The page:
Some people would choose to work at home if they could hands down, or if they need to be an office, they want quiet. Or it’s not even that they want quiet, they need it.
Noises like office chit chat, others’ business phone calls, the buzzing of printers or others coming and goings can knock people out of their concentration and unfortunately, production can go down.
So what do you do when working in a nice, quiet spot isn’t an option?
You have to be in that office. More and more offices have gone big room, open space, everyone hears everyone else design, and that can be distracting.
Tips for the Everyday Worker
Here are a few tips that may be able to drown out or cover up some of that busy background noise, and an alternative or two as well:
1. Purchase some noise headphones, possibly noise canceling ones. Headphones can turn into your best friend in a noisy office. Make a few playlists of music you can work to or upload your favorite podcasts to listen to and cover up the busy noise. It’s easy to find great, inexpensive headphones, most major retailers, like Walmart, carry these. There’s another reason to pop on some headphones, even if you’re not listening to anything at all – they are your coworker’s social cue to stay away, you’re busy – just like a book on a subway.
2. Move away from the busy spots – Maybe your space is near the water cooler, proverbial or not, or the main door where people come and go. See if you can move to a quieter corner or end of the room where there’s not so much hoopla and activity all of the time.
3. Ask for alternate hours – If you know you have a big project coming up that is going to take all of your concentration, see if you can come in early or stay late. Usually this isn’t a problem. You can even inquire about a few work at home days if you really need solitary quiet.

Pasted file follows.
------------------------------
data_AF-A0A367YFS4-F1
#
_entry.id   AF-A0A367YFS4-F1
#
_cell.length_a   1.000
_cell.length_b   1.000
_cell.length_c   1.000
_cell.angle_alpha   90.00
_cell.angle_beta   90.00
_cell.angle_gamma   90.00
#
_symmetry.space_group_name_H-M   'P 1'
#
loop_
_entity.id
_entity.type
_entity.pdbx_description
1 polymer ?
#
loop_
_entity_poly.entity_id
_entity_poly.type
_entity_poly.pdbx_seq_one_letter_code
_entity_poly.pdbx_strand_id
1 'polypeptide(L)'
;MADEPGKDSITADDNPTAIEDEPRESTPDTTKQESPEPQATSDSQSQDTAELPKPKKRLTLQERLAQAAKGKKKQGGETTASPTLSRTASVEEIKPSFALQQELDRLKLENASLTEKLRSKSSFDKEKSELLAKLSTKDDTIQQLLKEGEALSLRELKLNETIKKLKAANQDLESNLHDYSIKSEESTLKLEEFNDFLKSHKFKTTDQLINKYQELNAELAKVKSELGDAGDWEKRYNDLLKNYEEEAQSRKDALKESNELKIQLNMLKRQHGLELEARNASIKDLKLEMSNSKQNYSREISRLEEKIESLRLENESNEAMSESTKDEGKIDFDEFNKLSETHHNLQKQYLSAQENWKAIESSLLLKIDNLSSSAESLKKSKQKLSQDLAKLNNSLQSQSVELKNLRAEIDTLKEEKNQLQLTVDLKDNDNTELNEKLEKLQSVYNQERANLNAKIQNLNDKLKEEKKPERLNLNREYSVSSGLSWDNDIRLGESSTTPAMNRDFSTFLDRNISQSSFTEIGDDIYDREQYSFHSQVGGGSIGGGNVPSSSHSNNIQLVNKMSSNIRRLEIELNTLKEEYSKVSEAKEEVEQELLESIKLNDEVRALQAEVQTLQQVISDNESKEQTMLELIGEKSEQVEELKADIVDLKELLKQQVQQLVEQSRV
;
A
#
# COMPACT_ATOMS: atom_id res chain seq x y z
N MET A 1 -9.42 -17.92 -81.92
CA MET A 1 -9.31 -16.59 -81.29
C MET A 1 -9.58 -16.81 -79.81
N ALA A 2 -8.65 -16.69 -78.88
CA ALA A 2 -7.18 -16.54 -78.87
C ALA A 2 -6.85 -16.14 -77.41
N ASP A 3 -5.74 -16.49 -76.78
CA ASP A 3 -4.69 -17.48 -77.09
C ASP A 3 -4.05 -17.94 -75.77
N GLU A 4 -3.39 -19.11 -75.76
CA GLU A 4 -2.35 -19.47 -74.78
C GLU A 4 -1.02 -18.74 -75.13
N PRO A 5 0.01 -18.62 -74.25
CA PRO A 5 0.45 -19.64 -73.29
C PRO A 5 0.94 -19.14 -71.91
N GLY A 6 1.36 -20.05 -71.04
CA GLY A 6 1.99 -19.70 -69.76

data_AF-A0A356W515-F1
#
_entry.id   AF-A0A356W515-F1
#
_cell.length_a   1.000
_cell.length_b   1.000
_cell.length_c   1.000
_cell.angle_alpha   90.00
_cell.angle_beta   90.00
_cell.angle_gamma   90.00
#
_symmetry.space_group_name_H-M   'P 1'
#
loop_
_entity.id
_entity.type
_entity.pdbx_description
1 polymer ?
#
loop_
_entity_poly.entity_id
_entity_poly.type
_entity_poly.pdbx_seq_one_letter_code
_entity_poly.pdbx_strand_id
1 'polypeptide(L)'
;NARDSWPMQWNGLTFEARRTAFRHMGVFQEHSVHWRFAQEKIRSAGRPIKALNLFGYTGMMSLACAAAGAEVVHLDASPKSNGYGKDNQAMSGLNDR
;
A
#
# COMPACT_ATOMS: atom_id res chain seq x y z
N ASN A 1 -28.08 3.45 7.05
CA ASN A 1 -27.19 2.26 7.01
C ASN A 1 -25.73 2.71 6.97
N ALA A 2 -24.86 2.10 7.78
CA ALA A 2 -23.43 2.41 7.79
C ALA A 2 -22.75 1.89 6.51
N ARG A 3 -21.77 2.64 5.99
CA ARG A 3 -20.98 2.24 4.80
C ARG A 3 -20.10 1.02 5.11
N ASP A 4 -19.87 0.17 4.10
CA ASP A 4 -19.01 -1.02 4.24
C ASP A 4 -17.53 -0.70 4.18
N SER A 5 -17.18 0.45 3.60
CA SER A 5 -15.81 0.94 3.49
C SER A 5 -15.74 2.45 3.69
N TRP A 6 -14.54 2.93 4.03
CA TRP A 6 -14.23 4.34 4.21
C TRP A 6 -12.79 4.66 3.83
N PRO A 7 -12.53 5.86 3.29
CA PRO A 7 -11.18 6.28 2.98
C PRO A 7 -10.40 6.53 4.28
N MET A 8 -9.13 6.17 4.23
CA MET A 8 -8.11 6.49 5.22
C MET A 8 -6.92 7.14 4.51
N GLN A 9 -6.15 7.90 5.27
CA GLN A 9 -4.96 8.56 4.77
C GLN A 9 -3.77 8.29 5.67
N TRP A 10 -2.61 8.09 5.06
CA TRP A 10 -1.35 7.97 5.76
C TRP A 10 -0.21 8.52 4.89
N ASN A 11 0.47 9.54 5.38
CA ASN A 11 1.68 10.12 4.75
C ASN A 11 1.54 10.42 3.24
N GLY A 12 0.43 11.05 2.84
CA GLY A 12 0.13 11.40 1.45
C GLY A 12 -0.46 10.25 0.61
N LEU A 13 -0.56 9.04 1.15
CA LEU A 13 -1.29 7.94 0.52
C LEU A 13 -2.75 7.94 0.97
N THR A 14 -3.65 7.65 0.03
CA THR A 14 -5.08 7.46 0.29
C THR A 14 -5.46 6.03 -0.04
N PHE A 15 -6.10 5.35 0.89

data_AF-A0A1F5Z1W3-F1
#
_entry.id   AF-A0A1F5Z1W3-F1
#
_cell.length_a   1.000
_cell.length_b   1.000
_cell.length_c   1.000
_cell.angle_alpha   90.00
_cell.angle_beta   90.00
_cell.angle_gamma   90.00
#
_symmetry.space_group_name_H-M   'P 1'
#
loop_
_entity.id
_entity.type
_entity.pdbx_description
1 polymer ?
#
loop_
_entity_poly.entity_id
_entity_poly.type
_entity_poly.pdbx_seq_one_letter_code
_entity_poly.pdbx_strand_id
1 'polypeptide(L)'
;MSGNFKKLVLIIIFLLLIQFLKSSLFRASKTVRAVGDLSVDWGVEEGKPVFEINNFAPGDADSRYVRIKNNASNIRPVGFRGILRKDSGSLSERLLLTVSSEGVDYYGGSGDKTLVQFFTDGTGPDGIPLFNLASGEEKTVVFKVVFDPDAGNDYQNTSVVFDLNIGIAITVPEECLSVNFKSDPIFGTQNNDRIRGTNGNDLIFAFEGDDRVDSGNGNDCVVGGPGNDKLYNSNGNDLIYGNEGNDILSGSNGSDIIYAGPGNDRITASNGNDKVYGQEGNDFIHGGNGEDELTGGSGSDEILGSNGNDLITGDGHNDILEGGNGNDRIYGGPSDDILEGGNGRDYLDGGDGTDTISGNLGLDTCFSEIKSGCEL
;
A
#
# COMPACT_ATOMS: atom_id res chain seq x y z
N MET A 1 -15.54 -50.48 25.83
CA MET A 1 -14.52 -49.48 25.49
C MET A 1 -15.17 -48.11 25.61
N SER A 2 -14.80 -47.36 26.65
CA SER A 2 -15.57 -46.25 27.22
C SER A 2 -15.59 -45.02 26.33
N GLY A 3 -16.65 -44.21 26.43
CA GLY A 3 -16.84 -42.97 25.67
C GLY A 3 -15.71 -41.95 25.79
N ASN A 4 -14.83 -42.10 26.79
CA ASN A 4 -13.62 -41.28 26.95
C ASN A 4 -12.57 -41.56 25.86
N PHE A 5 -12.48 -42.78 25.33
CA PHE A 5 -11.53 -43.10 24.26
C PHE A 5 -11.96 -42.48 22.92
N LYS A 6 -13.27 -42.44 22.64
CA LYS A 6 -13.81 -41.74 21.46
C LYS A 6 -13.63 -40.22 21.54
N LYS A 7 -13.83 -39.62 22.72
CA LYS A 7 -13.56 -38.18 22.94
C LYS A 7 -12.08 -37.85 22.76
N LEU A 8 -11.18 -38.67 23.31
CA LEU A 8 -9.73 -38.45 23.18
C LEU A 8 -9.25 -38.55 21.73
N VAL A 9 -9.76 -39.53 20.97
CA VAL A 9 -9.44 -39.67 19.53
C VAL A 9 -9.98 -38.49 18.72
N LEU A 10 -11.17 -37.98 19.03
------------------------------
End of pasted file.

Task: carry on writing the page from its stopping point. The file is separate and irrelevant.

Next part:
4. Speak to your boss – If things are getting out of hand and you know it’s more than just you being quirky and needing quiet, speak to your boss about it. Maybe your coworkers are taking advantage of certain situations and spending too much chit chatting. Maybe the guy in the space next to you has the “Frozen” theme song as his ringtone and it goes off all of the time. Your boss probably can’t have a no talking policy, but he or she can instill some guidelines, including keeping phones on low or silence.
As a boss or business owner try to understand how the noise of the office can negatively impact your employees.
Try to instill some guidelines and even speak to individuals if you see them taking advantage of anything, or even just if they need a little toning down.
Remember to do it all with poise and respect, and respect those suffering from the distractions, too.
If headphones are an easy fix, by all means allow them.
You’re running a place where you want to see success, and comfort and well-being lead to success.
About the Author: Heather Legg is a freelance writer who covers a wide range of topics, including small business and retail.